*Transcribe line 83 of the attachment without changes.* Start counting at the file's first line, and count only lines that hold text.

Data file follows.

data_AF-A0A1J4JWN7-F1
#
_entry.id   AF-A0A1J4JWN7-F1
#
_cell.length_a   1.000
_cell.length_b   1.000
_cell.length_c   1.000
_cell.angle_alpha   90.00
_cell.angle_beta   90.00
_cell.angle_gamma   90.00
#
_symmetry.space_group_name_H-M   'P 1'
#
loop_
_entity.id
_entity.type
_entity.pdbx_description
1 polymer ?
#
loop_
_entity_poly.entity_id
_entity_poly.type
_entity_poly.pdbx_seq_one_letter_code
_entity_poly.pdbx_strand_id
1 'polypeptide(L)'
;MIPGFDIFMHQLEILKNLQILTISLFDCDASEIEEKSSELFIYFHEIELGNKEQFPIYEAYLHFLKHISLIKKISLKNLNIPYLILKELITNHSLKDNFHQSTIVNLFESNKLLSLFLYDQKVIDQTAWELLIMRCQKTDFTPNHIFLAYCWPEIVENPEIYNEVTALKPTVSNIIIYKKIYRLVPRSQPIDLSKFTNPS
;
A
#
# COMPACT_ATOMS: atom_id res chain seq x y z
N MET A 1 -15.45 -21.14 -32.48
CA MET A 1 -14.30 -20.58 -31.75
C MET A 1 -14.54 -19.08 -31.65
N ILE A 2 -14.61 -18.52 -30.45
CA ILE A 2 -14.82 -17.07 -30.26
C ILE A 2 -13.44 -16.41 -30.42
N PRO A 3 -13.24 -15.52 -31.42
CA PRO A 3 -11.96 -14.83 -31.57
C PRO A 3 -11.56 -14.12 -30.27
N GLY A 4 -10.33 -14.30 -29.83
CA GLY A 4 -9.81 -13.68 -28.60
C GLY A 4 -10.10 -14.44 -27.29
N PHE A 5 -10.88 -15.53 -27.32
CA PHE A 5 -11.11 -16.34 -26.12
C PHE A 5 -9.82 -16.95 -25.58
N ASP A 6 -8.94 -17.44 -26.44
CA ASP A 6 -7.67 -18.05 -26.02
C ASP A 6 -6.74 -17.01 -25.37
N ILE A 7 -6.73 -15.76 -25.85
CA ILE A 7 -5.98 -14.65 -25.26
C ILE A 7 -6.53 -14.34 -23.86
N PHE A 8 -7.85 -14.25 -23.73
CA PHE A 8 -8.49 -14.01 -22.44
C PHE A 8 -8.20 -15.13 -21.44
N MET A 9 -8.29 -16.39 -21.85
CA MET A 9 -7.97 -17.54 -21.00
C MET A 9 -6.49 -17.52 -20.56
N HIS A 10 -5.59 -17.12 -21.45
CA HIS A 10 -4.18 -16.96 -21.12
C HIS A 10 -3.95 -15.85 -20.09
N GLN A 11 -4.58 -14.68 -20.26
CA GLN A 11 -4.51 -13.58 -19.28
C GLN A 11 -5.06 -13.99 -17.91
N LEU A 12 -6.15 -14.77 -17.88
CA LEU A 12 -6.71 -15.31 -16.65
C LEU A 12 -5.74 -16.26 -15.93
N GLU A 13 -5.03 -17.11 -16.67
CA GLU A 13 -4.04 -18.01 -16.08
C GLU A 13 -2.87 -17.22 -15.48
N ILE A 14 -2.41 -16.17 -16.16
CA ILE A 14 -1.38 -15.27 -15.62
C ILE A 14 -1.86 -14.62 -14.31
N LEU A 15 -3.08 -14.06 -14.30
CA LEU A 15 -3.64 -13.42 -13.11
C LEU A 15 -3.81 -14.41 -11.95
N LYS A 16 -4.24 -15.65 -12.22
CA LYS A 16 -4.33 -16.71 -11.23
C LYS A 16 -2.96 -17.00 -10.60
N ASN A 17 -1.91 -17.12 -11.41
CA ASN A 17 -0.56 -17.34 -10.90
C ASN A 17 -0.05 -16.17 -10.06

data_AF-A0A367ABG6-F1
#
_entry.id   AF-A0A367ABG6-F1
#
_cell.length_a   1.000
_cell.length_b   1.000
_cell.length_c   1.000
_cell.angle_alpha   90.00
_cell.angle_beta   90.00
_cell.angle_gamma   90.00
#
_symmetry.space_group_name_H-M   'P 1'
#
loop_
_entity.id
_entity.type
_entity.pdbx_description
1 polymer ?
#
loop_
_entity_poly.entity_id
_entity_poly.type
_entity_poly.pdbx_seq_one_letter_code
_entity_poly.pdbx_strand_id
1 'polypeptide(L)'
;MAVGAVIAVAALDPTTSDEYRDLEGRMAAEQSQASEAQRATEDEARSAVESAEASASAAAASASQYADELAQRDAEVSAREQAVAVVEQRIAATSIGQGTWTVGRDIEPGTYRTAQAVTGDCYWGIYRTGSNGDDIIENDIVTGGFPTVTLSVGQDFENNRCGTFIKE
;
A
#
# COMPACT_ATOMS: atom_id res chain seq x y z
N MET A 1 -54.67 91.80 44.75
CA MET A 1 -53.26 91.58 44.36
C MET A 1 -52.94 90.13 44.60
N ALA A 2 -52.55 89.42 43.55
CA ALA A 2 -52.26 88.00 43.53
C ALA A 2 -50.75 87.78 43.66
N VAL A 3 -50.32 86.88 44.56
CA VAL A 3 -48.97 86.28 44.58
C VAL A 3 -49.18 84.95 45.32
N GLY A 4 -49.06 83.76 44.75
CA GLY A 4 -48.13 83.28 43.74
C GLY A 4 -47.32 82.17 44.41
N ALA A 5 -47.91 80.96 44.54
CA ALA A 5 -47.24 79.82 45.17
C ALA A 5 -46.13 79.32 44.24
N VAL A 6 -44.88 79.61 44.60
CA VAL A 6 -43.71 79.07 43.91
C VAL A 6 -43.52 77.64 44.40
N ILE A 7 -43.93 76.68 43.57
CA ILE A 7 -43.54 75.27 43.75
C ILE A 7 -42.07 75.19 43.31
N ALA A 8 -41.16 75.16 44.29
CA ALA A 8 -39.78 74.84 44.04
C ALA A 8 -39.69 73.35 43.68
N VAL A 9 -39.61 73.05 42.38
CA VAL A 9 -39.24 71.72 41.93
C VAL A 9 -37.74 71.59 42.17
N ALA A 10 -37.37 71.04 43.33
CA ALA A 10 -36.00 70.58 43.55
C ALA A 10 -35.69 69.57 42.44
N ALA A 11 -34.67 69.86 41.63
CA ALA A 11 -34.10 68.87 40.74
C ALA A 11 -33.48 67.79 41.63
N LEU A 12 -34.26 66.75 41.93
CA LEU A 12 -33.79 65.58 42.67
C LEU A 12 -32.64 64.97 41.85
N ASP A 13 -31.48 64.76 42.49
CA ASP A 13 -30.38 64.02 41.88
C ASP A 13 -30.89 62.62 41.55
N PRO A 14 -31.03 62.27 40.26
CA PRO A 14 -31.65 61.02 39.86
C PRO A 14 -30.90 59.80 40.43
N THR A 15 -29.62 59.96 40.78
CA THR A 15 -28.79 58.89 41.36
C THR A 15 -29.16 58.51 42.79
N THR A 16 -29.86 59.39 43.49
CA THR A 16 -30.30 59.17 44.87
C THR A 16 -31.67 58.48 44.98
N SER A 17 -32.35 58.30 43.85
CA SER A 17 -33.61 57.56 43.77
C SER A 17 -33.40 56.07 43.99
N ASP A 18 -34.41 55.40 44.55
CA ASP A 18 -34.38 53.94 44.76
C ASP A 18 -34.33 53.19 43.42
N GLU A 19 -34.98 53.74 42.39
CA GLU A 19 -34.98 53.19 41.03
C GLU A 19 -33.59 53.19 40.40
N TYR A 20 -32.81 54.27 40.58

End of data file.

#